Social media lit up almost immediately. Those condemning the ‘violence’ of protesters did so from multiple angles. These ranged from overtly authoritarian calls for greater State aggression (some from suspiciously named accounts) through to victim blaming some demonstrators. These are obvious stances to take for the conservative minded.
However, claims that events in Bristol would push the Police, Crime, Sentencing and Courts Bill through faster offered a glimpse into low-level British counter-insurgency strategy. This reasoning was put forward by the general public of Twitter. But, more notably, it was quickly taken up by those on the establishment ‘Left’. Standing Mayor of Bristol, Labour’s Marvin Rees, told ITV News that “the lawlessness on show will be used as evidence and promote the need for the Bill”. And the shadow housing secretary, Bristol West MP Thangam Debbonaire, tweeted full support for this point of view, saying Rees was “absolutely right”.
Underlying this is an ideology of non-violence, made explicit by statements from some higher profile left-wing and activist figures. Ash Sarkar of Novara Media, for example, appeared to condemn the actions of the Bristol public when tweeting that we should “condemn violence at protests”. Green Party candidate for Bristol Mayor, Sandy Hore-Ruthven, said that “rioters in Bristol should be ashamed of themselves”. Most disturbingly, the Bristol branch of Extinction Rebellion, the organisation that the government is ostensibly targeting with many of the new Bill’s measures, used the events to explain that XR’s “absolute commitment to non-violence” is the correct way of protesting.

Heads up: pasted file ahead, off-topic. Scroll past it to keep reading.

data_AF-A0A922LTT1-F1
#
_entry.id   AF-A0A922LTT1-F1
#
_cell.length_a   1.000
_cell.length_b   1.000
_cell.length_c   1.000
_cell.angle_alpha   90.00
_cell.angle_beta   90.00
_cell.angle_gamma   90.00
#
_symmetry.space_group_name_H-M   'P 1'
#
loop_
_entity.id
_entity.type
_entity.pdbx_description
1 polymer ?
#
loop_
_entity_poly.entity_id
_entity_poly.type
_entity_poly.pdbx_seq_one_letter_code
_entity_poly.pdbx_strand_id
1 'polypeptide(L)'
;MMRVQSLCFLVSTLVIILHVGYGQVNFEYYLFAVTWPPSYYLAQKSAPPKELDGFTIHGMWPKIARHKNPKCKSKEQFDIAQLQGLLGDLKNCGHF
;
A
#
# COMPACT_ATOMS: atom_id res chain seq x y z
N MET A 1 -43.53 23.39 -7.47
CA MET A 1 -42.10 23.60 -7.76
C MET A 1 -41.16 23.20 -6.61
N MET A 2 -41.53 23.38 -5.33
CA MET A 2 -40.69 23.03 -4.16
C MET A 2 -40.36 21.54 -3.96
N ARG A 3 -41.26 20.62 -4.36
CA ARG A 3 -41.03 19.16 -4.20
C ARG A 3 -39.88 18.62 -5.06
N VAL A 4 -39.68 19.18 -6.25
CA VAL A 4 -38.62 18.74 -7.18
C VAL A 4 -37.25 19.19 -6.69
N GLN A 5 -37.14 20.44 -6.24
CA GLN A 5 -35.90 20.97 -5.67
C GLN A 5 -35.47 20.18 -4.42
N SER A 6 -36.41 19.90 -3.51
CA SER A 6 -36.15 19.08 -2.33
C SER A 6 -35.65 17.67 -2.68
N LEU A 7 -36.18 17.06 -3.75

And at their heart, what these people are saying is that actions that are spun by media and politicians as ‘violent’ will delegitimise efforts to “kill the bill”.
In The Illegitimacy of Violence, the Violence of Legitimacy, US-based anarchist collective Crimethinc wrote:
The discourse of violence and nonviolence is attractive above all because it offers an easy way to claim the higher moral ground. This makes it seductive both for criticizing the state and for competing against other activists for influence. But in a hierarchical society, gaining the higher ground often reinforces hierarchy itself.